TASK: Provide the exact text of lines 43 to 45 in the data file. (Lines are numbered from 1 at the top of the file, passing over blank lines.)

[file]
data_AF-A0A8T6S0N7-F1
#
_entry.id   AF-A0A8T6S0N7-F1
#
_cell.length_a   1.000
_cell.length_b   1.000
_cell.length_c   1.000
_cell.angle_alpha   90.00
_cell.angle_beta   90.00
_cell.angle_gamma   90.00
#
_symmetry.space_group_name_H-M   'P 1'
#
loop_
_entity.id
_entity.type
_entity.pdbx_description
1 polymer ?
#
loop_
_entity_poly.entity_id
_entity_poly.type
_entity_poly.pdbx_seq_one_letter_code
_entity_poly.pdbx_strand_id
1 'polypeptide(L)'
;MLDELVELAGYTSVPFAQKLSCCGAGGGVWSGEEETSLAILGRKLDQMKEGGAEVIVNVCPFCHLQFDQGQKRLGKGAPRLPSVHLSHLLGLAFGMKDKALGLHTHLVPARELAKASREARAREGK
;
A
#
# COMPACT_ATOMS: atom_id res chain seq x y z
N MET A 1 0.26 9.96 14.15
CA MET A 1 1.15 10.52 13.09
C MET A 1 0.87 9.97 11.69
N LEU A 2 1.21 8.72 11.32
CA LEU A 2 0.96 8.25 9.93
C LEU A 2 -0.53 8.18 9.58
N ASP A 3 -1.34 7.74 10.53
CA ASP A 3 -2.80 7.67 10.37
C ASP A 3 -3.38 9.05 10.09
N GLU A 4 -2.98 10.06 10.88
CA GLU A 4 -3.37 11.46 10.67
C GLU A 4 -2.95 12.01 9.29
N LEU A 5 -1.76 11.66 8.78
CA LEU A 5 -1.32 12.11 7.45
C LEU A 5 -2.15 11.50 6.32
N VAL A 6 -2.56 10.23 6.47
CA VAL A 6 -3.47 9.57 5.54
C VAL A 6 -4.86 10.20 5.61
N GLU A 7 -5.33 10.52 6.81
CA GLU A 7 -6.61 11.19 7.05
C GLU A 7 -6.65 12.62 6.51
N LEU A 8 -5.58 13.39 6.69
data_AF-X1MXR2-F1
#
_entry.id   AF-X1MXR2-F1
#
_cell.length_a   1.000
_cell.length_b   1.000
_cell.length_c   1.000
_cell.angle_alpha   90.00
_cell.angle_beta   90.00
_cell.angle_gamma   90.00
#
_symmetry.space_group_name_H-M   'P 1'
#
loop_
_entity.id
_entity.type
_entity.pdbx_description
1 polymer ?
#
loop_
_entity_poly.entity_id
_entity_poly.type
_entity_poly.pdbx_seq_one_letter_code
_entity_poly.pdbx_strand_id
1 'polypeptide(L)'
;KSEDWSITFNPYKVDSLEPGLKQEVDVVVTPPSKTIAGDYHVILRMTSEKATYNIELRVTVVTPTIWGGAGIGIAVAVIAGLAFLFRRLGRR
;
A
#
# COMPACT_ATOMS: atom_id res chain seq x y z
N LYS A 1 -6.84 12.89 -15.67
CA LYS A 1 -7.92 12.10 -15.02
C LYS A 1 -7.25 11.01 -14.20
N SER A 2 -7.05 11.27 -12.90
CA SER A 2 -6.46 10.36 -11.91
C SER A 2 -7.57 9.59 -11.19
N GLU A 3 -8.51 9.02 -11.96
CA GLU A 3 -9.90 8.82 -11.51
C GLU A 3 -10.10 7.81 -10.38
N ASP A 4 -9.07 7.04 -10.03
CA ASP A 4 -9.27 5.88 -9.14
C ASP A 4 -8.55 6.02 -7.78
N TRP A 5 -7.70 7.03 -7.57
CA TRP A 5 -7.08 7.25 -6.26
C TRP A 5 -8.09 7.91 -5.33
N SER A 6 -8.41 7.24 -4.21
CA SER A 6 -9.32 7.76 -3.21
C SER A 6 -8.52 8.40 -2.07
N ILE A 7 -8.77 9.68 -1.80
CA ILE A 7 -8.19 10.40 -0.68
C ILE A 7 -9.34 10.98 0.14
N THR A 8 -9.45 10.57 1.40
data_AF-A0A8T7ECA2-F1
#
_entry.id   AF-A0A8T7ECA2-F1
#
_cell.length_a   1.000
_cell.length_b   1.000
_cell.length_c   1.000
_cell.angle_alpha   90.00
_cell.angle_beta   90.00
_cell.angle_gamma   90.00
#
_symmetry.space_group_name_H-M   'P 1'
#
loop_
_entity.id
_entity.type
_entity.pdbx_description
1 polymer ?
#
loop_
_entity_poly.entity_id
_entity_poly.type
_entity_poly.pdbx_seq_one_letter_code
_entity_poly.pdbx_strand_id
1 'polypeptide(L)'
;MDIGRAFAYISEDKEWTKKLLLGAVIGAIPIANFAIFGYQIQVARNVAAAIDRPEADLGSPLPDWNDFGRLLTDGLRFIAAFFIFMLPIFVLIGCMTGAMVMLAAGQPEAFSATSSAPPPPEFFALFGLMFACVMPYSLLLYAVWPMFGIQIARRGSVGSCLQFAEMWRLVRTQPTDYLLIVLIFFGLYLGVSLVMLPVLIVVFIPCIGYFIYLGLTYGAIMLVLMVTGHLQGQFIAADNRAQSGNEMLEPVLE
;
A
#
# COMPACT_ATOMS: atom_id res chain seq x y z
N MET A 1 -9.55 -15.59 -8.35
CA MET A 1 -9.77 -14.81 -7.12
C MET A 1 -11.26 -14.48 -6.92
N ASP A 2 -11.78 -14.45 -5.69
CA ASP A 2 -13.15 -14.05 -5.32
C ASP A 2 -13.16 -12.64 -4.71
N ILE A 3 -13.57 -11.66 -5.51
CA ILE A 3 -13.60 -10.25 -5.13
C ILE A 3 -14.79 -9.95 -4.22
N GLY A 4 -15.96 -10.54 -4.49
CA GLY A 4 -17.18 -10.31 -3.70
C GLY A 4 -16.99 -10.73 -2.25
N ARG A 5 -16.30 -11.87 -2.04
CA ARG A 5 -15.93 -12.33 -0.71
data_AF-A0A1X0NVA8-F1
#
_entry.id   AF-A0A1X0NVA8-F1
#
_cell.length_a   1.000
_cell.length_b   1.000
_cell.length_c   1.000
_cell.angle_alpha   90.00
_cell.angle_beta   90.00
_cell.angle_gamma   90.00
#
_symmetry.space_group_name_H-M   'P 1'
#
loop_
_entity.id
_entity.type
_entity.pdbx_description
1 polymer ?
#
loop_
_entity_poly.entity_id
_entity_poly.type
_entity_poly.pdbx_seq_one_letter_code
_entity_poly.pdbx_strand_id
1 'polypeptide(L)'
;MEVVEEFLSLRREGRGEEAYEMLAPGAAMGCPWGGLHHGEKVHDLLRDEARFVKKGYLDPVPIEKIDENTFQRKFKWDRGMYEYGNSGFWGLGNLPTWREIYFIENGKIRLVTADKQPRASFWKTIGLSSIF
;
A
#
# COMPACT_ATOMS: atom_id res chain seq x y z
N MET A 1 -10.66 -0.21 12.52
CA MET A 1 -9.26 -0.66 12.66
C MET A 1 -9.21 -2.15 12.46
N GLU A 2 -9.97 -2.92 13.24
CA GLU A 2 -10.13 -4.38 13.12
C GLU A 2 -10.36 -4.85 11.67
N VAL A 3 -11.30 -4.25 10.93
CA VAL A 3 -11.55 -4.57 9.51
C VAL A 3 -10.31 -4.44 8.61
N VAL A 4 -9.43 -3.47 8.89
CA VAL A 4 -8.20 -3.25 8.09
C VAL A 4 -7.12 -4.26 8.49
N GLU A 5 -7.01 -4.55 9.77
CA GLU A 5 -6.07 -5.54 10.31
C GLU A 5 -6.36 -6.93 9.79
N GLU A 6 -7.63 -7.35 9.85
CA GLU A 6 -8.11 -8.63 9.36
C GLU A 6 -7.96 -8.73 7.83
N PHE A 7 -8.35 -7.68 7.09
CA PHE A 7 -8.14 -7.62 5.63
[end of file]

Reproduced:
N LEU A 5 -1.76 11.66 8.78
CA LEU A 5 -1.32 12.11 7.45
C LEU A 5 -2.15 11.50 6.32